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Global Action Fund for Fungal Infections calls for stakeholders to address histoplasmosis in AIDS

February 16 2016

A campaign to convince Latin American countries to do more to tackle a problem which is the leading cause of death in AIDS and yet is poorly understood, often misdiagnosed and frequently left untreated has been launched today.

Experts from GAFFI (Global Action Fund for Fungal Infections) believe more than 80,000 AIDS deaths worldwide can be attributed to histoplasmosis. They want the deadly fungal disease adopted as a priority by key public health agencies and have today sent out an open letter to every pan American health organisation.  
GAFFI’s President is Dr David Denning who is Professor of Infectious Diseases in Global Health at The University of Manchester. He wants greater awareness of the deadly disease and more reliable and practical tests made available in those countries most affected.

A recent rough estimate of disseminated histoplasmosis in AIDS is 100,000 cases worldwide and 80,000 deaths (view article) mostly due to lack of diagnosis and partly unavailability of treatment. If the UNAIDS target of reducing AIDS deaths to under 500,000 is to be achieved, action needs to be taken now on disseminated histoplasmosis. A group of institutions from the Americas recently declared HIV-associated histoplasmosis a neglected disease described as: "an invisible elephant out of the radar of International Health authorities, organizations and funders". They estimated that histoplasmosis was responsible for 1 in 5 AIDS-related deaths in the Americas, more or at least equivalent to the burden of HIV-tuberculosis and 100 times more than malaria.
Disseminated histoplasmosis in AIDS is well recognised in the USA where awareness, laboratory capacities and access to effective antifungal therapy are all fully developed. In Central and South America, and in Africa and SE Asia, it is usually undiagnosed or misdiagnosed as tuberculosis.

 View the Open Letter:   A few current examples: the median age of cases in Panama is 33 years, and 59% of these patient die. In Manaus, Brazil, the age range of cases is 12-42 years, with an overall mortality of 48%, and in the Northeast of this country, a burden of 208 cases of disseminated histoplasmosis in AIDS patients was detected in a period of 4 years, with 42% fatal.
Histoplasmosis is an airborne infection related primarily to bat and bird guano exposure in soil. There are particular ‘hot spots’ mostly identified in the Americas, but it is a worldwide pathogen, with cases described in most African countries, SE Asia, India and China. It is grossly under-diagnosed because of the low sensitivity (average 50%) of stained smears and the slow growth of organism in special medium culture (which is not available in many locations). In AIDS, the culture usually becomes positive after the patient has died (10-21 days). The unavailability of even culture and microscopy in many countries, contributes to difficulties in case identification and prompt treatment initiation. A briefing document is here.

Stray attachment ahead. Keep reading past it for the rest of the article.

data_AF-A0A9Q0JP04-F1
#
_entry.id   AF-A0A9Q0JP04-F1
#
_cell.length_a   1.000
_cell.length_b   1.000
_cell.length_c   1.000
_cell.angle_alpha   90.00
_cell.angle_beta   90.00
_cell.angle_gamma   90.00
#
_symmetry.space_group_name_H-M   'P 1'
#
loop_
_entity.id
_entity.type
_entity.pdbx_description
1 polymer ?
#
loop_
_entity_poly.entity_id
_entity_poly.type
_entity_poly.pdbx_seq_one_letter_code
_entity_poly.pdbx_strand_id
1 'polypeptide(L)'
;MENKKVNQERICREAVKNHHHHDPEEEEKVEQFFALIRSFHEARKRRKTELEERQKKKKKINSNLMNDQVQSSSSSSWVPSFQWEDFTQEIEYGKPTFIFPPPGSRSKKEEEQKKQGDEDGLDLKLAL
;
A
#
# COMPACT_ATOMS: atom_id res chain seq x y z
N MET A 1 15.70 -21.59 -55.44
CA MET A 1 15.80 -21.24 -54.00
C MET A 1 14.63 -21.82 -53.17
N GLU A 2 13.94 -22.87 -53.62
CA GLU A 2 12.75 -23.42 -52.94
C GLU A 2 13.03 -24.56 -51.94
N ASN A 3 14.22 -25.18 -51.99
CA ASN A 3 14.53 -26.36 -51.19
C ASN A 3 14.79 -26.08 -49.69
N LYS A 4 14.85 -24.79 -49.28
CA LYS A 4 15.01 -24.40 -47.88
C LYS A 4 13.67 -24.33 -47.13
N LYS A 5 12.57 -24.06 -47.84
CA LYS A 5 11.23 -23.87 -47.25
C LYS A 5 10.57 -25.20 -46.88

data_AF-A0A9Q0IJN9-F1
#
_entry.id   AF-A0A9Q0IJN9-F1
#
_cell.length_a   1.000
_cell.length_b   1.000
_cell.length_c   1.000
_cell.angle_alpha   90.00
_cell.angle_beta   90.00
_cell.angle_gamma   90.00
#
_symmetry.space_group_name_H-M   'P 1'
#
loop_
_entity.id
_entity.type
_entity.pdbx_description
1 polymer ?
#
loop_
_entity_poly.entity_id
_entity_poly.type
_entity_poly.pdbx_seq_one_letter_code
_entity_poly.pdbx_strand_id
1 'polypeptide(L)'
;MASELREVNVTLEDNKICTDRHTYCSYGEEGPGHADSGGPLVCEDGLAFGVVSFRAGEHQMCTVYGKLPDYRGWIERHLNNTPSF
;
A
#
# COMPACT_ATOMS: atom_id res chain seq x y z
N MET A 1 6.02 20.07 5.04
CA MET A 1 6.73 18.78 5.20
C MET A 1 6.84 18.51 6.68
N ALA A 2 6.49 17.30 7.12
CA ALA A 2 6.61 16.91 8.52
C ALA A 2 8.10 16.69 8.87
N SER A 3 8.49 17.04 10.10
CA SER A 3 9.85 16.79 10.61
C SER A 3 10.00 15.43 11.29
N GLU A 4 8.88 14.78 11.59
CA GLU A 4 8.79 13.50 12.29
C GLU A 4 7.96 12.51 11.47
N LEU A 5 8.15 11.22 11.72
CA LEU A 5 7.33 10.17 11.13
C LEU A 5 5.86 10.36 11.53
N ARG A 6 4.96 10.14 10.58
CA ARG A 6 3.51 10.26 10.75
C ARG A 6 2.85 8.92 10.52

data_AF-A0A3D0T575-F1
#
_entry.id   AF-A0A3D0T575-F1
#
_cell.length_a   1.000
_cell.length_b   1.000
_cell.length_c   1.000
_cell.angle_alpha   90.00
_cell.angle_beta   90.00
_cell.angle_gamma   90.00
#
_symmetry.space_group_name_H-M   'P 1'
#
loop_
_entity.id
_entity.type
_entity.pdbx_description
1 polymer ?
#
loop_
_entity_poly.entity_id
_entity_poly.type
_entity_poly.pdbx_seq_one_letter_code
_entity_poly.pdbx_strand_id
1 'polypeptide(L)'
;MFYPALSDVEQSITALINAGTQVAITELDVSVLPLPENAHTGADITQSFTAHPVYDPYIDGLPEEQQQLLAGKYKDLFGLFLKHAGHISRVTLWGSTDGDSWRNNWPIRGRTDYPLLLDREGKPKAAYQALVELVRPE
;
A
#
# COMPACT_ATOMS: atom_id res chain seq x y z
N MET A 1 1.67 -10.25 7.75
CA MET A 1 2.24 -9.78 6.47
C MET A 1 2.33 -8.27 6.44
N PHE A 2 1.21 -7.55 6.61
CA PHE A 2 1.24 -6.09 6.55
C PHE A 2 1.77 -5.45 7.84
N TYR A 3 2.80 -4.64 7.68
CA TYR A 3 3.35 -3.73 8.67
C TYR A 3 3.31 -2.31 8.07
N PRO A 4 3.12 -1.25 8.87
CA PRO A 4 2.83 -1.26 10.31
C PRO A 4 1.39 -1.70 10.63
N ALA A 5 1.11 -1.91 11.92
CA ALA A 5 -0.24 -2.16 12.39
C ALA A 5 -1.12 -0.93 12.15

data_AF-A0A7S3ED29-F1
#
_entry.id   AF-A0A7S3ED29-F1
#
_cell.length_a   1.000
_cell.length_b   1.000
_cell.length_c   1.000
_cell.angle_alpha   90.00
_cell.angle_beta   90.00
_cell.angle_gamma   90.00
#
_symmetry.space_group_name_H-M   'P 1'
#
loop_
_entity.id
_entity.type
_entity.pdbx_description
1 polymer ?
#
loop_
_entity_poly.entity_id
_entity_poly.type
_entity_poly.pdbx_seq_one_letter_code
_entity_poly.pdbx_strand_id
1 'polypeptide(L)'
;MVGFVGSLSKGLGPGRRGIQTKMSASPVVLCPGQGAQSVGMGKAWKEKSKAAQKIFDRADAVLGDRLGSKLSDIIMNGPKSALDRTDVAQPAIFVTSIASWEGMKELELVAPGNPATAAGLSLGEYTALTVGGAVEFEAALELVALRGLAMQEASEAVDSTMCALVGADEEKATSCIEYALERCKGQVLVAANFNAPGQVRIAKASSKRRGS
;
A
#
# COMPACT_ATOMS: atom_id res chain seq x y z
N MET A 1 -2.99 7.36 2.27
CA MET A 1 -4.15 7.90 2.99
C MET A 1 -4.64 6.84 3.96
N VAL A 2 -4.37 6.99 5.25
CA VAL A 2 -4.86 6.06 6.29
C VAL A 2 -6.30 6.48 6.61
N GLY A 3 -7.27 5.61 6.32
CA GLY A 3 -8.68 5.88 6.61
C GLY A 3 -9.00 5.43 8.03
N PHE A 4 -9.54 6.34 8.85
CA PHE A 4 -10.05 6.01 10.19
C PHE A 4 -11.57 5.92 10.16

A patient with histoplasmosis

Rapid diagnosis with antigen testing and PCR are excellent; results can be provided in under 24 hours. We profiled this in the ’95-95 by 2025’ Roadmap issued in May 2015 (page 5). An antigen testing kit is commercially available from IMMY, and they are field testing a point of care Histoplasma antigen test, which will take about an hour for diagnosis. Other companies are also working on this. PCR is not commercially available, but could be with the right purchase incentives, and is done routinely in Spain, Colombia, Argentina, Guatemala, and French Guiana. Treatment works well. Amphotericin B and itraconazole are the drugs of choice with 87-100% response rates in AIDS in the USA.
Itraconazole is widely available (see country distribution on the map). Low doses work for histoplasmosis.

For very ill patients, amphotericin B is preferable. Unfortunately this is not as widely available as it should be (see map ). Amphotericin B is also required for optimal treatment of cryptococcal meningitis, another common cause of death in AIDS. Histoplasmosis doesn’t only affect AIDS patients. It can affect people without underlying conditions and other immunocompromised patients, and the chronic cavitary form can mimic pulmonary TB (a cause of ‘smear negative TB’)

Numerous issues were identified at an international workshop on disseminated histoplasmosis in AIDS recently held in Suriname (www.gaffi.org/histoplasmosis-the-leading-aids-diagnosis-in-the-guiana-shield-and-parts-of-central-america/).

GAFFI's open letter outlines the morbidity and mortality burdens and demands action of all stakeholders to realize the following measures:

1. To enable direct, rapid access to reliable and practical diagnostic tests in all areas where histoplasmosis occurs or is suspected;
2. To define the real extend of morbidity and mortality of histoplasmosis so as to define all histoplasmosis endemic areas in the world;
3. To bring therapy for histoplasmosis within the reach of all who need it, especially in endemic areas
4. To stimulate scientific investigation on histoplasmosis epidemiology, diagnosis and treatment
5. To organize regular conferences and educational sessions concerning histoplasmosis with support for those living in endemic areas to participate and enable disease awareness amongst treating physicians.
Professor Denning signed the letter on behalf of 38 key  Physicians , Consultants , Health Directors, Infectious Disease Specialists and Mycologists globally.